YouTube continues its war on so-called misinformation by adding fact-checks to search results


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YouTube has taken the latest step in its crusade against so-called misinformation by adding fact-checks and hoax alerts to search results in India.

According to BuzzFeed News, these fact-checks and hoax alerts are currently being shown to some users in India and will eventually be shown to YouTube viewers worldwide.

These fact-checks and hoax alerts will be displayed in “information panels” on search result pages for topics that YouTube and its fact-checking partners deem to be “prone to misinformation.” According to the Times of India, these fact-checking partners will include BOOM, Quint, Factly, AFP, and Jagran.

YouTube cited search results for the recent conflict between India and Pakistan as one example of a topic that would have fact-checks or hoax alerts displayed alongside its search results. When YouTube changed its algorithm to reduce recommendations of so-called “content that could misinform,” it also cited phony miracle cures for serious illnesses, claiming the earth is flat, or blatantly false claims about historic events as examples of misinformation. So, it’s likely that these topics will also receive a fact-check or hoax alert panel on their search result pages.

YouTube has made no secret of its intentions to police content on the platform this year and has already changed its algorithm to suppress content it deems to be misinformation. This introduction of more fact-checks and hoax alerts is the next stage of controlling what you see on the platform.

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The problem with these fact-checkers is that they often spread the fake news and misinformation that they claim to be protecting users against. They also almost always designate mainstream media companies as trusted sources while labelling independent content creators as untrustworthy. This allows mainstream media companies to decide what’s true and causes any content that challenges their so-called truths to be labelled “fake” or a “hoax.”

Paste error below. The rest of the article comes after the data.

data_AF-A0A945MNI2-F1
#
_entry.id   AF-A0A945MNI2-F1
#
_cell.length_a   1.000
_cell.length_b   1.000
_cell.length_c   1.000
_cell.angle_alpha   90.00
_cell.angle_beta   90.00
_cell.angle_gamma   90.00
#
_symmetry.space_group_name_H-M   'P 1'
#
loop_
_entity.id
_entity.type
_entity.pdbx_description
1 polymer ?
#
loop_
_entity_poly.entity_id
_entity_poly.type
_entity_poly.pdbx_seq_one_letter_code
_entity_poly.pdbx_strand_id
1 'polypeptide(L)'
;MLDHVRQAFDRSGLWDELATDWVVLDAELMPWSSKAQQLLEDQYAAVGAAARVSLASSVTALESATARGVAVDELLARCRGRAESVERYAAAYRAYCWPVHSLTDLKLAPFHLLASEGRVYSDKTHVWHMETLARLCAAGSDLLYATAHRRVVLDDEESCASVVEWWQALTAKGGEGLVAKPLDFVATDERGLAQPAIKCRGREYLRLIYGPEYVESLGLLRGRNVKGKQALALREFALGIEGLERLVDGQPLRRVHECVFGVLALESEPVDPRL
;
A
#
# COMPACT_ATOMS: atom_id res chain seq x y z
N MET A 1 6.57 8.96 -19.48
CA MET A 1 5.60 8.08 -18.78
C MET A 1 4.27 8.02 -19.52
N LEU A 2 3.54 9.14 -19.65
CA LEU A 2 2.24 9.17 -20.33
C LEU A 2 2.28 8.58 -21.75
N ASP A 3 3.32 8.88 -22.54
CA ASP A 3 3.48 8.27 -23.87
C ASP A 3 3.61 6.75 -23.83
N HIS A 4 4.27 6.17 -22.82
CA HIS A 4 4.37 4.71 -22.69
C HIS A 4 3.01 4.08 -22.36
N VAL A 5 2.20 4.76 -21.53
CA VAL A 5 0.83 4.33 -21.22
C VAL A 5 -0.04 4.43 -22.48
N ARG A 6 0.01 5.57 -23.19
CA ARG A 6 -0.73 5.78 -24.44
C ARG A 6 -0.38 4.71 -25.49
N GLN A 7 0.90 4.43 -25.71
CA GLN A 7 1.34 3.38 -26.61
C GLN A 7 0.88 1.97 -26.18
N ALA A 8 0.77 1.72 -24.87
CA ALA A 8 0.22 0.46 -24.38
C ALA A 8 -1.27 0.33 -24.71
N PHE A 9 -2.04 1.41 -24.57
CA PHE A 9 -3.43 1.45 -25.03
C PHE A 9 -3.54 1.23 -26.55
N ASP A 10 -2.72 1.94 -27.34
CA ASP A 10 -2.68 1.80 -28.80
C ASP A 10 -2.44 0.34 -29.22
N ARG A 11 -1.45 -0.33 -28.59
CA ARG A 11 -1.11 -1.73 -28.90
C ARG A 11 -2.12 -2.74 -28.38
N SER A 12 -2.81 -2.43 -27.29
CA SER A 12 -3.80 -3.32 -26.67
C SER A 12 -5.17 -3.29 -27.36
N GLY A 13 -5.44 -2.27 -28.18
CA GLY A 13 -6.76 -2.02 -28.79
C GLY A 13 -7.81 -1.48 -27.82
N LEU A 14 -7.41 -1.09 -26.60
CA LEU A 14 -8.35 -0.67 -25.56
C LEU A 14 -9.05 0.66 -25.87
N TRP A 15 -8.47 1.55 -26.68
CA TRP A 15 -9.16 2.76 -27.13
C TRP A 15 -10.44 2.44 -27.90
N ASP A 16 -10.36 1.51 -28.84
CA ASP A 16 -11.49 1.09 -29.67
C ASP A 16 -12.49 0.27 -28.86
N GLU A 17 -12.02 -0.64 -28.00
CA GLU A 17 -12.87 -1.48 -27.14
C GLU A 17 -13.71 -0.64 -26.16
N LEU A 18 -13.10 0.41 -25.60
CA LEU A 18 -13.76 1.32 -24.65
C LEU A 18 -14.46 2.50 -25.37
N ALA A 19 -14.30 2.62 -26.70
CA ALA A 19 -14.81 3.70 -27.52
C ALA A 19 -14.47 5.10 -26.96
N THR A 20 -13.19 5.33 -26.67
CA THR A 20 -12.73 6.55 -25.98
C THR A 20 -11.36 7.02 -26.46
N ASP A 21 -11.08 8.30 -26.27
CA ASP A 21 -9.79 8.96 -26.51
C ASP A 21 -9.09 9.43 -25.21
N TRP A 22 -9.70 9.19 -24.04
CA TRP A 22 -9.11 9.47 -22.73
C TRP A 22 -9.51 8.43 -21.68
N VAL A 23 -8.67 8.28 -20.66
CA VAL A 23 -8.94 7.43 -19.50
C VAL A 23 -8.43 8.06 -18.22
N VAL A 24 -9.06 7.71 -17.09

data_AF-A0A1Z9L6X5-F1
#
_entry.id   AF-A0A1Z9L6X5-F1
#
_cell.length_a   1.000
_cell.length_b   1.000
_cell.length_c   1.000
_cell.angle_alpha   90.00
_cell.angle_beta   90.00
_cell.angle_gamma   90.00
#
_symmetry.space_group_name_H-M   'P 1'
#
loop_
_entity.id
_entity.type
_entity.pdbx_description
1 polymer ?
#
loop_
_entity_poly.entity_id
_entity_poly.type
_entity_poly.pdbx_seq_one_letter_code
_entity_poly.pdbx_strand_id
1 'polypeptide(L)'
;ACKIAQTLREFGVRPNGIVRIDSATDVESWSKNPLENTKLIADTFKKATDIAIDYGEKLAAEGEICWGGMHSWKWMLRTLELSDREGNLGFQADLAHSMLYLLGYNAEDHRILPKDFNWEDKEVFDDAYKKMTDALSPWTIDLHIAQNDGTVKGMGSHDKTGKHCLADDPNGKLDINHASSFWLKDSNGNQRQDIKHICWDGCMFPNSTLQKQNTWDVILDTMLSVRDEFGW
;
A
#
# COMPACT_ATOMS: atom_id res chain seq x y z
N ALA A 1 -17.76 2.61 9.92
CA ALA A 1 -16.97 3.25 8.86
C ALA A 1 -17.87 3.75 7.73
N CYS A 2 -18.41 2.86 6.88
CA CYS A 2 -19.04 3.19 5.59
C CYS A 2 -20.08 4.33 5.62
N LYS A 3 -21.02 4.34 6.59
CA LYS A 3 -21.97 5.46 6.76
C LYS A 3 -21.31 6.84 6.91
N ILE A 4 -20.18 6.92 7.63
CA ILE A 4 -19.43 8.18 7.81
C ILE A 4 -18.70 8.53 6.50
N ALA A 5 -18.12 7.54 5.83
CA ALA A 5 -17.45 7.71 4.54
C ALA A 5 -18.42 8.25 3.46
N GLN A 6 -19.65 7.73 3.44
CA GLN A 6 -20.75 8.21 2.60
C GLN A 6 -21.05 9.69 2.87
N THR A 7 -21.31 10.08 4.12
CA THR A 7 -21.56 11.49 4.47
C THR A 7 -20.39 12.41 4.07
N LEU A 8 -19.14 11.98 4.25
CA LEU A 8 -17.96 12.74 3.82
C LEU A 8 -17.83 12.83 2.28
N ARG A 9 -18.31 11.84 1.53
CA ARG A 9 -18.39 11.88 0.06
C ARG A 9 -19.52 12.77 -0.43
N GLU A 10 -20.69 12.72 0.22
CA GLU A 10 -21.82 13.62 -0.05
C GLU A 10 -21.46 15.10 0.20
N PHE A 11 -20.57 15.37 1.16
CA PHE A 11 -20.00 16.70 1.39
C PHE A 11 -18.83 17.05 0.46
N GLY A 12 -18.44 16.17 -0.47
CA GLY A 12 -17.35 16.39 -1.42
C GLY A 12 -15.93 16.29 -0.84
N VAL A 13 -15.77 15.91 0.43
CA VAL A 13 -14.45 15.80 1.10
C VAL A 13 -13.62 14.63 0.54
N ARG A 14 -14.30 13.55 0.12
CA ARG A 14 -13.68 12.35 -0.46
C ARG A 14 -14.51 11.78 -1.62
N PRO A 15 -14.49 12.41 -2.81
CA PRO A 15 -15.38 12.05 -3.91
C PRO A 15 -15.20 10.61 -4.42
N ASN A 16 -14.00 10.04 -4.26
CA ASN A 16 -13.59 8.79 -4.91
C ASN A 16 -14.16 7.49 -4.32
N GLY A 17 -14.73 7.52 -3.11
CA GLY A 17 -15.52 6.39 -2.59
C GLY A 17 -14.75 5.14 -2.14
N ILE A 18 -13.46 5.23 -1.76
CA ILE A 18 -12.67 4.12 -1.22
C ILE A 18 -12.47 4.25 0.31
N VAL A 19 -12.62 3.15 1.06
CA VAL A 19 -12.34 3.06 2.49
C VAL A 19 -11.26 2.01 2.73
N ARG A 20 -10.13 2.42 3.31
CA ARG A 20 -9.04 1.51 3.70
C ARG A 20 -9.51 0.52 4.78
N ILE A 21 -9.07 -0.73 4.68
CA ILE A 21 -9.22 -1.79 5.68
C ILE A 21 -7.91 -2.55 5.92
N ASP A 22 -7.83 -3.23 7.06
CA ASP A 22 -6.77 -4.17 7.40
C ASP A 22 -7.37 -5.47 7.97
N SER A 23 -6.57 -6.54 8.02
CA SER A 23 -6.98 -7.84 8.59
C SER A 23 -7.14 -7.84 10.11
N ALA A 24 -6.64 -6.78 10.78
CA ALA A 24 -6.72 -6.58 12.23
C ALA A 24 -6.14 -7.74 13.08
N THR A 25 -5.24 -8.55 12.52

We can see the dangers of this by looking at what happened to the Covington kids. NewsGuard, a browser-based fact-checking extension, gave many of the mainstream news outlets a trusted green rating which showed up on their fake news about the Covington kids. Independent outlets that called out this fake news and truthfully reported on the events were often given a red untrustworthy rating by NewsGuard. These supposedly trustworthy mainstream media outlets are now being sued for spreading false and defamatory information about the Covington kids, yet they’re allowed to be the arbiters of truth on NewsGuard and online platforms such as YouTube.

Unfortunately, this dangerous trend of fact-checking content is on the rise. NewsGuard has already partnered with Microsoft to integrate NewsGuard into the mobile version of the Microsoft Edge browser and Facebook has stepped up its fact-checking efforts in recent months.

It’s more important than ever to fight back against this manipulative tactic. You can do this by going directly to alternative media outlets and supporting free speech-focused alternative tech instead of relying on YouTube and the other big tech giants to tell you what’s true.

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Tom Parker

Tom Parker is a head contributor for Reclaim The Net and provides news and analysis on how we can promote free speech, stop censorship, and protect our personal data online. [email protected]